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judgment was not something they wouldn't say was in the welfare of the United States.

Senator KEFAUVER. According to the 1956 issue of Lamp magazine, here, apparently, is what Standard Oil wants done in situations of this kind :

It would be helpful, for instance, if the United States Government were to issue, in conjunction with expressions of support for self-determination and freedom from foreign domination, a firm, unequivocal public statement somewhat in the following vein :

“Any government which by unilateral action abrogates any agreement made by that government may expect the United States, either singly, in conjunction with other countries, or through the United Nations, to take such economic measures and abrogate any agreements with the offending nations as the United States may see that the circumstances warrant."

That is your position?
Mr. RATHBONE. I am familiar with that; yes, sir.

Senator KEFAUVER. And that represents the policy of Standard Oil of New Jersey

Mr. RATHBONE. What that says, Senator Kefauver, is this: That at the time that this was written, there was a very great uncertainty with respect to what our Government's policy was in the Middle East problems, and there had not come out any sort of a definite policy.

It was our view and the view of many other people that a clearer cut knowledge on the part not only of the United States citizens, but the citizens of all the rest of the world, and most particularly in that area of the world, would be very helpful so that they would know what our thinking was.

Now, as Mr. Coleman has said, when we operate in a foreign land, we have to do it under a contract with a sovereign government, because the mineral rights in almost every other country in the world belong to the government and not to the private citizen. We have no option except to formulate a contract with the government.

If the government, the foreign government, does not regard that contract as being the sort of a document that we are accustomed to looking at as contracts in this country, and that means a contract is a document that you can rely on as being something binding upon both parties, I fail to see how we can possibly carry on operations anywhere in the world where we have to work with those types of contracts.

That statement was a statement that we felt would be very helpful, and I still think it would be very helpful. I subscribe to what that says, if our Government would make clear what its views are with respect to the sanctity of contracts made by American investors with foreign governments.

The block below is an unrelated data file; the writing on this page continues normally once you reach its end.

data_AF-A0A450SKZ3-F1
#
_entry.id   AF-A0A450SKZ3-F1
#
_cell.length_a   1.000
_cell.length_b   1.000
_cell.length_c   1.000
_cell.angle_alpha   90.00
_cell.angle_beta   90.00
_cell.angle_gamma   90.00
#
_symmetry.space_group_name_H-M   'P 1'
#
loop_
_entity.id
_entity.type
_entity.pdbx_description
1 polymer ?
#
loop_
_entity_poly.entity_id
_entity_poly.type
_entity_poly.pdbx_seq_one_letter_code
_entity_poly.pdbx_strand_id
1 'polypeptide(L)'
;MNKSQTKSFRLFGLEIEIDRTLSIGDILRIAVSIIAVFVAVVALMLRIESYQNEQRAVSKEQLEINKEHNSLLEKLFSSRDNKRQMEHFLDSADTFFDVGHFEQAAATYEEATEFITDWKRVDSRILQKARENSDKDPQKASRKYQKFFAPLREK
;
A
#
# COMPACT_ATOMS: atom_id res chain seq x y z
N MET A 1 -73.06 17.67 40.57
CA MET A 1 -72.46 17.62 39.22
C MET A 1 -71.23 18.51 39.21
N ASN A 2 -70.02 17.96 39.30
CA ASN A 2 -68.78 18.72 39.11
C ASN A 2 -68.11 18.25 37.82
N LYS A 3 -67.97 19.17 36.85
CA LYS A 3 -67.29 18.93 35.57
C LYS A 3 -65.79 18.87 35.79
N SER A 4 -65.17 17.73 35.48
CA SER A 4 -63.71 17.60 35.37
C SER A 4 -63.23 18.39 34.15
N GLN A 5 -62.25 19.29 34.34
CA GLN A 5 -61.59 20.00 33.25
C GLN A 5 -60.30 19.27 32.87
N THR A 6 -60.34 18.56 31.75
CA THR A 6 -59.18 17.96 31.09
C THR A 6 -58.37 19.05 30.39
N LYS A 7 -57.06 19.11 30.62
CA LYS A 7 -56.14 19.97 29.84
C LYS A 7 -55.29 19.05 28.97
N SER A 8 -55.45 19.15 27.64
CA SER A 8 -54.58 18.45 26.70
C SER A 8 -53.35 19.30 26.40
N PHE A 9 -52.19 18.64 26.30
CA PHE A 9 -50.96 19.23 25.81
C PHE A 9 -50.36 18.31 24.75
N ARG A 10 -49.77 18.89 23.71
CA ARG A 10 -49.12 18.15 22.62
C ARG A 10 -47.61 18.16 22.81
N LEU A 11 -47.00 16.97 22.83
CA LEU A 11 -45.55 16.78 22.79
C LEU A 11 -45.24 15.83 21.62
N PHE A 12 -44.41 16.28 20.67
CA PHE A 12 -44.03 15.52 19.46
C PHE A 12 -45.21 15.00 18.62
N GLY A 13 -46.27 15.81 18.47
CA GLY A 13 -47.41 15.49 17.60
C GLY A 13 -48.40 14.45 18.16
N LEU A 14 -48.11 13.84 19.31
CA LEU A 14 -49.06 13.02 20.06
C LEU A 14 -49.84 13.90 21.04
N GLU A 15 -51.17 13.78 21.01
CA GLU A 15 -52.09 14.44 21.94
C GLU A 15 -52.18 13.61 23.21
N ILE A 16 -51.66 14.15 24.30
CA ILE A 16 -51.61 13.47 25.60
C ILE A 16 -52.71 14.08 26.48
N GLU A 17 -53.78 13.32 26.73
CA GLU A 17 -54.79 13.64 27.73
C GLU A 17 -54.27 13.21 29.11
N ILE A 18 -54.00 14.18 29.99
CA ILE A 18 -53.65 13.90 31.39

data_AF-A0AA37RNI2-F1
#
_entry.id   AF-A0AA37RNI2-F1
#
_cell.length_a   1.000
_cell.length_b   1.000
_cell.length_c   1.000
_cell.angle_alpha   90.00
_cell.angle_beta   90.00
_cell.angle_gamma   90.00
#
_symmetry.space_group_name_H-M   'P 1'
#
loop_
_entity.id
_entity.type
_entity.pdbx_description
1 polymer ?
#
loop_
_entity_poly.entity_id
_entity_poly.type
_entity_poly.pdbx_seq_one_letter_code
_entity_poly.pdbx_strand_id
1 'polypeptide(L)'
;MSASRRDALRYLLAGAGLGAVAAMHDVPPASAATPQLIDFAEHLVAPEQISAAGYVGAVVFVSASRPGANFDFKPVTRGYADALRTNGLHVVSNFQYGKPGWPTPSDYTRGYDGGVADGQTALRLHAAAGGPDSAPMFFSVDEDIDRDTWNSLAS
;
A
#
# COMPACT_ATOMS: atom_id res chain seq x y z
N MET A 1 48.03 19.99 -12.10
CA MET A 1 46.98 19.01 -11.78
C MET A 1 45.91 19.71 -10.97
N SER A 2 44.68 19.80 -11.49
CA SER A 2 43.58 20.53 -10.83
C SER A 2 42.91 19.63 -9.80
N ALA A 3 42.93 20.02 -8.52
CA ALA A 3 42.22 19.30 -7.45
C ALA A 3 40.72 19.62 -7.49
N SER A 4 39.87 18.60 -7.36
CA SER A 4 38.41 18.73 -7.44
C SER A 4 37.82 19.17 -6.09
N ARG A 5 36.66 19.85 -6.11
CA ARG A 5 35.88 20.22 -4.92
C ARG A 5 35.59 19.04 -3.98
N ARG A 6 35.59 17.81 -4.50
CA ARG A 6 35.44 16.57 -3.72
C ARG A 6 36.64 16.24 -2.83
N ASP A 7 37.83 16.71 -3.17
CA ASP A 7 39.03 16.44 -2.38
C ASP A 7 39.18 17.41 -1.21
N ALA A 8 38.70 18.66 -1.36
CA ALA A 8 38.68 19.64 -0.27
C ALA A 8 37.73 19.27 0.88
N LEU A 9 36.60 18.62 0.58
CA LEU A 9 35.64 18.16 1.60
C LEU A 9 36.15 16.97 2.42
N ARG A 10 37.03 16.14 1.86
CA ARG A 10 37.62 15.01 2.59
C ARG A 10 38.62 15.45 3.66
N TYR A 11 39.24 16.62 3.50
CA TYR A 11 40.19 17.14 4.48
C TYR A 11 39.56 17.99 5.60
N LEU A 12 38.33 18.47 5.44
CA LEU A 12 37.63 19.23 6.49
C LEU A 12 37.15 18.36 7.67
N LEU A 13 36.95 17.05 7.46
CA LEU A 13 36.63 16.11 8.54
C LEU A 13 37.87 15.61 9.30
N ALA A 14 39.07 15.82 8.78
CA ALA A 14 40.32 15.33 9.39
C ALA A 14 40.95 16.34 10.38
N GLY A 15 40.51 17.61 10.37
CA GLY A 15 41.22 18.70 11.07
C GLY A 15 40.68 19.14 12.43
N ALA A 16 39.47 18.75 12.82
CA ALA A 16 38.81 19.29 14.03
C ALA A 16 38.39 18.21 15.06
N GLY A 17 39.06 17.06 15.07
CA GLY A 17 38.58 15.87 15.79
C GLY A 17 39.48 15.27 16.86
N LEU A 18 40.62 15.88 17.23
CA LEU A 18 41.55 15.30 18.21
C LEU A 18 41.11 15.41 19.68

Senator KEFAUVER. Of course, such economic measures, abrogating any agreements with the offending nations—anyway, I want to get your attitude and your position, and I find in the Lamp a very interesting and illuminating doctrine that you publish.

Mr. RATHBONE. I subscribe to the paragraph, sir that you have read.

Senator KEFAUVER. Then we know your position.
Mr. RATHBONE. Yes, sir.

Senator OʻMAHONEY. Is there anything else you want to say, Mr. Rathbone? Your statement is in the record. It has not been summarized. It has not been read.

Mr. RATHBONE. I presume, sir, that I will think immediately of some things I would like to have said, but, at the moment, no.

Senator OʻMAHONEY. We are very generous people on this committee. If you want to come back again, we will invite you.

Mr. RATHBONE. Are we invited back tomorrow or not?

Senator O'MAHONEY. We are under some obligation to the Gulf Oil Co., because we invited the Gulf people to come tomorrow, and I feel that we are under that obligation, but, if you are staying over, we would love to crowd you in somewhere.

Mr. RATHBONE. I am not staying over unless I am requested to by you, sir.

Senator O'MAHONEY. Suppose you take this matter under consideration and we will bring you back again after a few more days. We want to give Aramco a chance, now that it has been mentioned here.

Mr. RATHBONE. I would much prefer if I could do that sooner rather than later, because I have to make a trip abroad next week, which I would like very much to make.

Senator O'MAHONEY. We will be very glad to accommodate you.

Mr. RATHBONE. I would like to make clear, sir, at the moment, beyond the information which we have been asked to put in the record and particularly the statement which Senator Wiley asked for, I have nothing further to present to you.

Senator O'MAHONEY. Are you satisfied you have had an opportunity to express your views?

Mr. RATHBONE. Completely, yes, sir.

Senator OʻMAHONEY. Very good. Then the committee will now stand in recess until 10:30 tomorrow morning.

(Whereupon, at 6:35 p. m., the subcommittees stood in recess until 10:30 a. m., Thursday, March 7, 1957.)







Washington, D.O. The subcommittees met, pursuant to recess, at 10:35 a. m., in room 457 Senate Office Building, Senator Joseph C. O'Mahoney presiding.